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Orem man accused of murdering wife pleads not guilty


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PROVO — An Orem man accused in the shooting death of his wife pleaded not guilty Monday before a judge denied a request to lower his $1 million bail.

Conrad Mark Truman, 32, is charged with murder, a first-degree felony, and obstruction of justice, a second-degree felony, in 4th District Court. Heidy Wagner Truman, 25, was shot and killed in the couple's Orem home in 2012.

"Even though he pleaded not guilty, this process will move forward," her mother, Janet Wagner, said after the hearing. "We will move forward and be strong."

Deputy Utah County attorney Craig Johnson said his office will seek a speedy trial in the case "so the victim's family can get some closure on this." It is anticipated a trial will take two to three weeks.

Truman's attorney, Ronald Yengich, has argued that the case is circumstantial and asked Judge Samuel McVey to reduce his client's bail Monday. He assured the judge his client would stay in Utah County, stay away from alcohol and firearms and agree to GPS monitoring.

The judge denied the request.

Police officers testified they were initially called to 220 S. 1180 West in Orem on reports of a shooting. Conrad Truman apparently told them he and his wife had been drinking and got into an argument before his wife went to take a shower.

Soon after, he told them he heard a pop.

He told police his wife wasn't suicidal or depressed and that a bullet must have come through the bathroom wall. But police say no evidence supported that theory. After Conrad Truman offered confusing explanations and timelines and threatened to kill emergency responders if they didn't save his wife, officers testified that they began to suspect they were at a crime scene.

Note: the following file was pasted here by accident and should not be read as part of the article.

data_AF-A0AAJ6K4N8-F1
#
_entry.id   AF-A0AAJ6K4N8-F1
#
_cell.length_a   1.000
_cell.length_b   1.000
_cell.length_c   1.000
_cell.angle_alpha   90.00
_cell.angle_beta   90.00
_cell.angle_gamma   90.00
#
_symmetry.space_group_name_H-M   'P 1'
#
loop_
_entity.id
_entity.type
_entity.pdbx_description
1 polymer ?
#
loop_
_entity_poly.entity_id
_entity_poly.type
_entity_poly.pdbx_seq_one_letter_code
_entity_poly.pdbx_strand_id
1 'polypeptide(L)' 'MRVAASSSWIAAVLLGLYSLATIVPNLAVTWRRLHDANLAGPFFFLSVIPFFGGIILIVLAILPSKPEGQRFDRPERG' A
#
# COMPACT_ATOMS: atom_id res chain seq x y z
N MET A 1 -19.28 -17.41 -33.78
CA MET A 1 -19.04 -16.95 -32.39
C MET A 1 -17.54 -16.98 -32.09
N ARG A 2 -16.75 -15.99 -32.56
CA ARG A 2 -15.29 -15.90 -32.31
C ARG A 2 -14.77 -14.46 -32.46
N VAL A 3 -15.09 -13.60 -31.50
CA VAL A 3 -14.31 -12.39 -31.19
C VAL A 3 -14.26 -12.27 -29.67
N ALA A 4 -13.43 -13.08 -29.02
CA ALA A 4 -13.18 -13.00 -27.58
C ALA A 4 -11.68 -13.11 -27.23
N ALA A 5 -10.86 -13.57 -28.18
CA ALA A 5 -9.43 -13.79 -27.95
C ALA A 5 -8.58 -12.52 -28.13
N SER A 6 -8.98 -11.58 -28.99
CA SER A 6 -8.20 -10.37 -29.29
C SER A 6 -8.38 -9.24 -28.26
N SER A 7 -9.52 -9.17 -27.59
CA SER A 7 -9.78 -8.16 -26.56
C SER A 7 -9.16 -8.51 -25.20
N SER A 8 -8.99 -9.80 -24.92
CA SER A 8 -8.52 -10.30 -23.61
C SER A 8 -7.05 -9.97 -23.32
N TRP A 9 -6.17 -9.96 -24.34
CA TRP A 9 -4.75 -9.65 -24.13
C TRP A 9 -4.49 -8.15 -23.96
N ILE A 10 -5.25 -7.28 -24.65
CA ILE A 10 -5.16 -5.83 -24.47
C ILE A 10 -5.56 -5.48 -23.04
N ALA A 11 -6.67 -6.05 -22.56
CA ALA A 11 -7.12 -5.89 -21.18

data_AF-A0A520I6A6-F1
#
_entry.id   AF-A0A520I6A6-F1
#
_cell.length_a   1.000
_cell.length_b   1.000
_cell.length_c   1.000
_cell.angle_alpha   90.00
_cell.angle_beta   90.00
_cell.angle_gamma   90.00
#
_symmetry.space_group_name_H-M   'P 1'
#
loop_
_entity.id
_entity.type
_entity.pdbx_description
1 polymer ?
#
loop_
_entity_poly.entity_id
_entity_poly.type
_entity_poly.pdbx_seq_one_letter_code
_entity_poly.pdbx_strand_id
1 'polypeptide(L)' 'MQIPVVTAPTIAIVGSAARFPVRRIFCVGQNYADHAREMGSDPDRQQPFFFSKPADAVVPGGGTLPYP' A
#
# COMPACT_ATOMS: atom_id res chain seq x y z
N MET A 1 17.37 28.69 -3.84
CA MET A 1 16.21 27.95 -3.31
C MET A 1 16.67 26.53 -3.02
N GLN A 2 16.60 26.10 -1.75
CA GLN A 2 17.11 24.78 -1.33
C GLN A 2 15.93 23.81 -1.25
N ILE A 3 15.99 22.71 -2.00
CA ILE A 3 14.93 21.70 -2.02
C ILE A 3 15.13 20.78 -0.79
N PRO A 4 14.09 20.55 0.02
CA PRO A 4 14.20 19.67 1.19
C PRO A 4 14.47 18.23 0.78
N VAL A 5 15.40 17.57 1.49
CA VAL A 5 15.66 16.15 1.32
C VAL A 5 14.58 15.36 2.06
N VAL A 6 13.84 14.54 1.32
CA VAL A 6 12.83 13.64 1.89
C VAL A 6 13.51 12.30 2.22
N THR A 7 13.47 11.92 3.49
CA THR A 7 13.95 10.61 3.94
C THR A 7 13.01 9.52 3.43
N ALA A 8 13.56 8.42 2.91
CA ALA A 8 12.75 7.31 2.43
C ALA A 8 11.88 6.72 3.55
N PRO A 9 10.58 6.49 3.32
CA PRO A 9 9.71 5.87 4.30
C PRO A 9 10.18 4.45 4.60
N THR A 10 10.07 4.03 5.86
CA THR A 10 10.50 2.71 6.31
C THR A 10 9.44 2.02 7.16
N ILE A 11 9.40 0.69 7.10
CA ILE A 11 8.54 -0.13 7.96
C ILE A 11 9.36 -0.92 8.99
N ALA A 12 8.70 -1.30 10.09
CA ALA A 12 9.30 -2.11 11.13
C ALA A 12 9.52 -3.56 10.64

Later, Truman allegedly told a victim's advocate that his wife had been murdered and said he had heard someone yelling outside his home prior to the shooting. But he also questioned whether Heidy Truman had killed herself.

Dr. Edward Leis, Utah's chief deputy medical examiner, said the physical evidence pointed to either murder or suicide, but not an accident. The gun was apparently fired at a close range.

Responding officers said they found two guns in the home.

Police and prosecutors have said money was Conrad Truman's "primary motive" in killing his wife. Several life insurance policies had been taken out for Heidy Truman, and combined with other benefits he stood to receive $878,767 in the case of his wife's death, despite her $43,000 annual salary, charging documents state.


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